Manufacturing and traditional business settings have understood the importance of objective, meaningful metrics for many, many years.
Metrics aren’t necessarily used as quotas or objectives (as Dr. Deming fights against in his 14 points) but as reasonable indicators of “Are we doing a good job?” or “Are we on our way to accomplishing our planned outcomes?” or “Are we properly meeting the needs of our current customers with the plan to serve even more customers down the line?”
For a sport that is so addicted to statistics, it’s surprising that there has been such a large disconnect in baseball between on-field success and proper metrics. Only now are baseball teams more open to considering more meaningful data that are better indicators of top team performance, but it took books written by Bill James, SABR, and Michael Lewis (Moneyball – more here and here) to generate the momentum for the metrics push.
Baseball still largely focuses on metrics that are not directly linked to winning – batting average (hits per time at-bat), runs batted in, home runs – but at least there are some that are identifying the proper direct metrics and letting them be the primary guide for improvements. From Rob Neyer of Baseball Nation:
As I’m sure you know, there’s a strong relationship between runs scored, runs allowed, and winning percentage. We’ve known this for quite some time and … well, I suppose it’s always been obvious that if you score more runs than your opponents you’ll probably win more games than you lose, and that if you score a lot more runs than you allow, you’ll probably win a lot more games than you lose. But Bill James actually quantified this relationship with something he called “the Pythagorean method,” and of course that method’s been refined a bit over the years.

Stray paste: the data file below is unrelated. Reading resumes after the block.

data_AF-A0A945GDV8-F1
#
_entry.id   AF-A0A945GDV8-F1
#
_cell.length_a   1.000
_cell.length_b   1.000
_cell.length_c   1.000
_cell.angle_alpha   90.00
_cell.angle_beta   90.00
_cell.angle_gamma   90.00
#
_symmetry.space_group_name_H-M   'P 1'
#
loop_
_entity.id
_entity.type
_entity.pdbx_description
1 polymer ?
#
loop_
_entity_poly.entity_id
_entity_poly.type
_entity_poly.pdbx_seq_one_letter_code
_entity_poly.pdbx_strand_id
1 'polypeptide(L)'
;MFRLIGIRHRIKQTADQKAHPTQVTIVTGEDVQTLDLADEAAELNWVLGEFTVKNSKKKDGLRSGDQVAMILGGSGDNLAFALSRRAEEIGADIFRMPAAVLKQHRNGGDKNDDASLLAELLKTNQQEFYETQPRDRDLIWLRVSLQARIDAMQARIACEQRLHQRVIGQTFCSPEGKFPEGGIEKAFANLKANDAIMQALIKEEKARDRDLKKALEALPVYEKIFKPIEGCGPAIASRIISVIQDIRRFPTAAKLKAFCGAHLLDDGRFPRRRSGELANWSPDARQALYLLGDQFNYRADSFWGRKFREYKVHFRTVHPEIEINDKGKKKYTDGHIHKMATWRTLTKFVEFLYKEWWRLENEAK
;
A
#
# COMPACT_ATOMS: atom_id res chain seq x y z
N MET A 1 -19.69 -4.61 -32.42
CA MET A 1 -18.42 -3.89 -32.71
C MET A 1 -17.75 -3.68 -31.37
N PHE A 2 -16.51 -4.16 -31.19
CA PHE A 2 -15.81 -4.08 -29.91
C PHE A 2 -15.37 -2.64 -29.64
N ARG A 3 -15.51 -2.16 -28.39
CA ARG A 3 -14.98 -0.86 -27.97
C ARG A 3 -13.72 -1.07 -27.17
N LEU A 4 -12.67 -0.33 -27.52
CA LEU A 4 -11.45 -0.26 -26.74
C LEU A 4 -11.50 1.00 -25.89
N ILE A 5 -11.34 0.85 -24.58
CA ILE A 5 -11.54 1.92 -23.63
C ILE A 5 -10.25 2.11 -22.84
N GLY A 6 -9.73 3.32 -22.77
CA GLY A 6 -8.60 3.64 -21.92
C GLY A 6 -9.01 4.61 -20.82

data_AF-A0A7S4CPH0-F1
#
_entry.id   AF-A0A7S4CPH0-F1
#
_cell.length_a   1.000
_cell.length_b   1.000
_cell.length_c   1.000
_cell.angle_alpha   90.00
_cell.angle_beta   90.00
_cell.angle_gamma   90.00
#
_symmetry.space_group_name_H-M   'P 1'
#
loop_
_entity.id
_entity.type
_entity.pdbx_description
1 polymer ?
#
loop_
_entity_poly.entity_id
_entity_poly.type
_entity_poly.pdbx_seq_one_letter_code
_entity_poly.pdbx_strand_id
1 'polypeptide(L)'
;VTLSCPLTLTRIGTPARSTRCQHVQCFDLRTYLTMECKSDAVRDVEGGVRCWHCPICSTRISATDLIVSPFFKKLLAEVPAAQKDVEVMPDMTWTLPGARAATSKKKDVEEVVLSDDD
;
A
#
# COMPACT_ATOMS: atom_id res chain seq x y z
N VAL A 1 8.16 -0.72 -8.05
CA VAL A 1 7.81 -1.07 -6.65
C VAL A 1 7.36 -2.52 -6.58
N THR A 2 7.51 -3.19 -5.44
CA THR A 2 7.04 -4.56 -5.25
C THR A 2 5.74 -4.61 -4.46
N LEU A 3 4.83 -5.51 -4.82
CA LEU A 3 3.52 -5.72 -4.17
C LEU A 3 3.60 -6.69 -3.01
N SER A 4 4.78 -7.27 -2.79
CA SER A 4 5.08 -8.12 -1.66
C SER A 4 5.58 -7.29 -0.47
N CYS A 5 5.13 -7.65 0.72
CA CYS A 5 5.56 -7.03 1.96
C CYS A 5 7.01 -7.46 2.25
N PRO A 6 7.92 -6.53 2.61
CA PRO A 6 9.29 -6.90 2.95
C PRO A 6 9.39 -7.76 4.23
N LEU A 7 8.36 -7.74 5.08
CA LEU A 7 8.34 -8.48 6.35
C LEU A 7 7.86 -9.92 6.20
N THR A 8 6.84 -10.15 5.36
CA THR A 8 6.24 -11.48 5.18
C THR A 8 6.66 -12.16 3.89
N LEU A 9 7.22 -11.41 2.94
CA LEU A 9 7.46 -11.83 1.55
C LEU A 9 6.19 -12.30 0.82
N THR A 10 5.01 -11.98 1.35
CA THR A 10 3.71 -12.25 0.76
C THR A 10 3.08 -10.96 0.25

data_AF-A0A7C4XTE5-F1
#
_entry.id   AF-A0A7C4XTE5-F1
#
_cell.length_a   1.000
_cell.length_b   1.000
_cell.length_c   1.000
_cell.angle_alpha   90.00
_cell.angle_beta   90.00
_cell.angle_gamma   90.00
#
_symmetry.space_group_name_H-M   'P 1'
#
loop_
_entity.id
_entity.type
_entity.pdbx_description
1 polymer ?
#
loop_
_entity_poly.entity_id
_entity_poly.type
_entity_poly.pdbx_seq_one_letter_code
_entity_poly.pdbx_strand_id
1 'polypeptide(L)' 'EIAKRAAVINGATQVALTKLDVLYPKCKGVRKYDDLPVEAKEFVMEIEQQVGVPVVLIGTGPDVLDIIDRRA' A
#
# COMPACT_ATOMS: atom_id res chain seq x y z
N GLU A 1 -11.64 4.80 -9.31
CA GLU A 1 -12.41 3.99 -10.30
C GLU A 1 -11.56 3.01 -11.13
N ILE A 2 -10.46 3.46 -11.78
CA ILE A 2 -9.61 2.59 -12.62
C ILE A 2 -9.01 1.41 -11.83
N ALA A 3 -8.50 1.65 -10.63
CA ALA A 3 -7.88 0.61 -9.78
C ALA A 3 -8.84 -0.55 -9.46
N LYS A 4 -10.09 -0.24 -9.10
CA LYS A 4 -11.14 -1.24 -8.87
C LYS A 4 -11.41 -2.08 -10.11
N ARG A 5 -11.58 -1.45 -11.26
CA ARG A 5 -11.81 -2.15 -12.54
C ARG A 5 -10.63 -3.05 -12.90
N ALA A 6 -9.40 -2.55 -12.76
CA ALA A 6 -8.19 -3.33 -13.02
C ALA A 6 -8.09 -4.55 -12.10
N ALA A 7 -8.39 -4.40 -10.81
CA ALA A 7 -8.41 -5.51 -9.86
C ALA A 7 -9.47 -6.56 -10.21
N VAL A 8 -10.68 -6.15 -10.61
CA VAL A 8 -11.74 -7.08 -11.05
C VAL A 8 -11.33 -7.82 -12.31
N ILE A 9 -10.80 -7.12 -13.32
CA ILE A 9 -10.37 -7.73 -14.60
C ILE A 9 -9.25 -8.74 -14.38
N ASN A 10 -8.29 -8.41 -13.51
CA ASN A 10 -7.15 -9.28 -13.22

A baseball team’s primary objective: win the baseball game.
– What dictates the difference between winning and losing? Run differential – you score more runs than the other team, you win.
– How do you control run differential? Score more runs, allow fewer runs.
Identifying the direct metrics (such as run differential) is not rocket science. Getting to the next level, the indirect metrics, adds complexity. Let’s take a gander.
– How do you score more runs? Produce outs at a lower rate and get on base at a higher rate, and don’t run into outs when you’re on the bases (caught stealing or baserunning blunders – TOOTBLAN).
This is why on-base percentage is such a critical statistic to Moneyball. It doesn’t matter how you reach base, whether it’s a walk or hit or being hit by a pitch, because the only way to score runs is by getting players on base. (Yes, hitting home runs counts as getting on base.)
– How do you allow fewer runs? Minimize how often opposing players reach base.
– How do you minimize how often opposing players reach base? Employ pitchers who effectively generate more outs and defensive players who generate more outs.
Relative to the current level of analysis on offensive production of baseball players and teams, proper pitching and defensive metrics are tricky and statistical experts still don’t have the metrics perfected. There are a LOT of variables between pitching and defense that require deeper analysis. However, the experts are getting better and the metrics are becoming more reliable.